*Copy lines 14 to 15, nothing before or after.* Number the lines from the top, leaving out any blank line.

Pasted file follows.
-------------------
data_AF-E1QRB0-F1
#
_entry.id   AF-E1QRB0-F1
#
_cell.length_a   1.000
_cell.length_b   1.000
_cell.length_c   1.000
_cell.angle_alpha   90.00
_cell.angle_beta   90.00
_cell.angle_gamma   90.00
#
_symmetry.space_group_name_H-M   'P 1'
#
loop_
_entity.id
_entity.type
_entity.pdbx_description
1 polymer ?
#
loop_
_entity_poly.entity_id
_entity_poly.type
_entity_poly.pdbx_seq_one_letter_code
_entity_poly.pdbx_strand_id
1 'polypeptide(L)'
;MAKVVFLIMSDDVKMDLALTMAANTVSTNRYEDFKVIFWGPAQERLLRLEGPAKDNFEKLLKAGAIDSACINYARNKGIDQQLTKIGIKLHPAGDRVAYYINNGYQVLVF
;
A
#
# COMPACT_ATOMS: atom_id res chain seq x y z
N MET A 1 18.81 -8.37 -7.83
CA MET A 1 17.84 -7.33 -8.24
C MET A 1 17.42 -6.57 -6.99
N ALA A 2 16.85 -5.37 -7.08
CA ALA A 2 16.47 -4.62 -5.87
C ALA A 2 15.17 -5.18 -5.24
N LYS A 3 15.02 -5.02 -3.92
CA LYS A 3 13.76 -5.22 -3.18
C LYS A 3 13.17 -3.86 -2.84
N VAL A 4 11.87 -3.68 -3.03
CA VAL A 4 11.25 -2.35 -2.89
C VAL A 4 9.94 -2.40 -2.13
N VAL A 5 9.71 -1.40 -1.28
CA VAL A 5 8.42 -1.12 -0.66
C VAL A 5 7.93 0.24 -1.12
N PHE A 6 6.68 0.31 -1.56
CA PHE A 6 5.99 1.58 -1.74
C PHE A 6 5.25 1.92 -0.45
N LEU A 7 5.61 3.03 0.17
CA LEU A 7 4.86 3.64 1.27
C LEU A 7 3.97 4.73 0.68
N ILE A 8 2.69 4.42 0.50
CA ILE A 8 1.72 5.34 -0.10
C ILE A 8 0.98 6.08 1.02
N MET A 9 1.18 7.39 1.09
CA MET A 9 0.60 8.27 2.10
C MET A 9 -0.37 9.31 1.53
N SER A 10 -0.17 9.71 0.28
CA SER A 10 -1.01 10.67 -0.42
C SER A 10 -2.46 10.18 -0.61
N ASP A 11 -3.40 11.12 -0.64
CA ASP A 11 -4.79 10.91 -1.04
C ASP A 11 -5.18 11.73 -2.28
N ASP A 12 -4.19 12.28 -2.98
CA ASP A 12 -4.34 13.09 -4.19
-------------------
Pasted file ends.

loop_
_entity.id